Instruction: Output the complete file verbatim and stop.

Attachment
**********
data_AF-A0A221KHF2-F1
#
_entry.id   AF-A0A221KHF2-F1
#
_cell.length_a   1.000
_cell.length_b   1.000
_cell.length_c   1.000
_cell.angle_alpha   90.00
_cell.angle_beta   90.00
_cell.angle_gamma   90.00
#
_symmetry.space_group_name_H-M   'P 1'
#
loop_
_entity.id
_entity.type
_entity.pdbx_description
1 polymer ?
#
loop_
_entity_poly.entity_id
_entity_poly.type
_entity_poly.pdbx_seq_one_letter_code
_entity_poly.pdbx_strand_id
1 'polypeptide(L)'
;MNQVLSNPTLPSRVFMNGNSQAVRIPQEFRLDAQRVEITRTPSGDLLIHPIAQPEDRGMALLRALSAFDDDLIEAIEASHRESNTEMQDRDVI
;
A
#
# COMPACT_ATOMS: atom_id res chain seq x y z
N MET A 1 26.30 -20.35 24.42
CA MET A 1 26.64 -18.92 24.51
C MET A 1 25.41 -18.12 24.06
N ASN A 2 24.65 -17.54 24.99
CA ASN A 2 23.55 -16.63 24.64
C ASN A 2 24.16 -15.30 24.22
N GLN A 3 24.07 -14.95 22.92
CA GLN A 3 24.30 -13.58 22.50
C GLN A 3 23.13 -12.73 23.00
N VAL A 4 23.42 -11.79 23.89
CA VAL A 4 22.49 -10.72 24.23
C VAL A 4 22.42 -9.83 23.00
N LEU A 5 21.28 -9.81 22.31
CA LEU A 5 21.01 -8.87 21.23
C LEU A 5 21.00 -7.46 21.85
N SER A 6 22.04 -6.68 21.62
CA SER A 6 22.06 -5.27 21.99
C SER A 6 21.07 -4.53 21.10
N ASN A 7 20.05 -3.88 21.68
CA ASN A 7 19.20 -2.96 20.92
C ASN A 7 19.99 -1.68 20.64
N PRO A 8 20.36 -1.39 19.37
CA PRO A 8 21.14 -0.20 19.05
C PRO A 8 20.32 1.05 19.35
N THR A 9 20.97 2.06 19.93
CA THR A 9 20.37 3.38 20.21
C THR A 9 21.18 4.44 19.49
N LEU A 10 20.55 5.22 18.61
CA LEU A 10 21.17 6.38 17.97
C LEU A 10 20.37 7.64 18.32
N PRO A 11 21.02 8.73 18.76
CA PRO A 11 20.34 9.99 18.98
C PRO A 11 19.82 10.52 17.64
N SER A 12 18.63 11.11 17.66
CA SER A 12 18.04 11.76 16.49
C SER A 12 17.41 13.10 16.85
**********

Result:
data_AF-A0A221KHF2-F1
#
_entry.id   AF-A0A221KHF2-F1
#
_cell.length_a   1.000
_cell.length_b   1.000
_cell.length_c   1.000
_cell.angle_alpha   90.00
_cell.angle_beta   90.00
_cell.angle_gamma   90.00
#
_symmetry.space_group_name_H-M   'P 1'
#
loop_
_entity.id
_entity.type
_entity.pdbx_description
1 polymer ?
#
loop_
_entity_poly.entity_id
_entity_poly.type
_entity_poly.pdbx_seq_one_letter_code
_entity_poly.pdbx_strand_id
1 'polypeptide(L)'
;MNQVLSNPTLPSRVFMNGNSQAVRIPQEFRLDAQRVEITRTPSGDLLIHPIAQPEDRGMALLRALSAFDDDLIEAIEASHRESNTEMQDRDVI
;
A
#
# COMPACT_ATOMS: atom_id res chain seq x y z
N MET A 1 26.30 -20.35 24.42
CA MET A 1 26.64 -18.92 24.51
C MET A 1 25.41 -18.12 24.06
N ASN A 2 24.65 -17.54 24.99
CA ASN A 2 23.55 -16.63 24.64
C ASN A 2 24.16 -15.30 24.22
N GLN A 3 24.07 -14.95 22.92
CA GLN A 3 24.30 -13.58 22.50
C GLN A 3 23.13 -12.73 23.00
N VAL A 4 23.42 -11.79 23.89
CA VAL A 4 22.49 -10.72 24.23
C VAL A 4 22.42 -9.83 23.00
N LEU A 5 21.28 -9.81 22.31
CA LEU A 5 21.01 -8.87 21.23
C LEU A 5 21.00 -7.46 21.85
N SER A 6 22.04 -6.68 21.62
CA SER A 6 22.06 -5.27 21.99
C SER A 6 21.07 -4.53 21.10
N ASN A 7 20.05 -3.88 21.68
CA ASN A 7 19.20 -2.96 20.92
C ASN A 7 19.99 -1.68 20.64
N PRO A 8 20.36 -1.39 19.37
CA PRO A 8 21.14 -0.20 19.05
C PRO A 8 20.32 1.05 19.35
N THR A 9 20.97 2.06 19.93
CA THR A 9 20.37 3.38 20.21
C THR A 9 21.18 4.44 19.49
N LEU A 10 20.55 5.22 18.61
CA LEU A 10 21.17 6.38 17.97
C LEU A 10 20.37 7.64 18.32
N PRO A 11 21.02 8.73 18.76
CA PRO A 11 20.34 9.99 18.98
C PRO A 11 19.82 10.52 17.64
N SER A 12 18.63 11.11 17.66
CA SER A 12 18.04 11.76 16.49
C SER A 12 17.41 13.10 16.85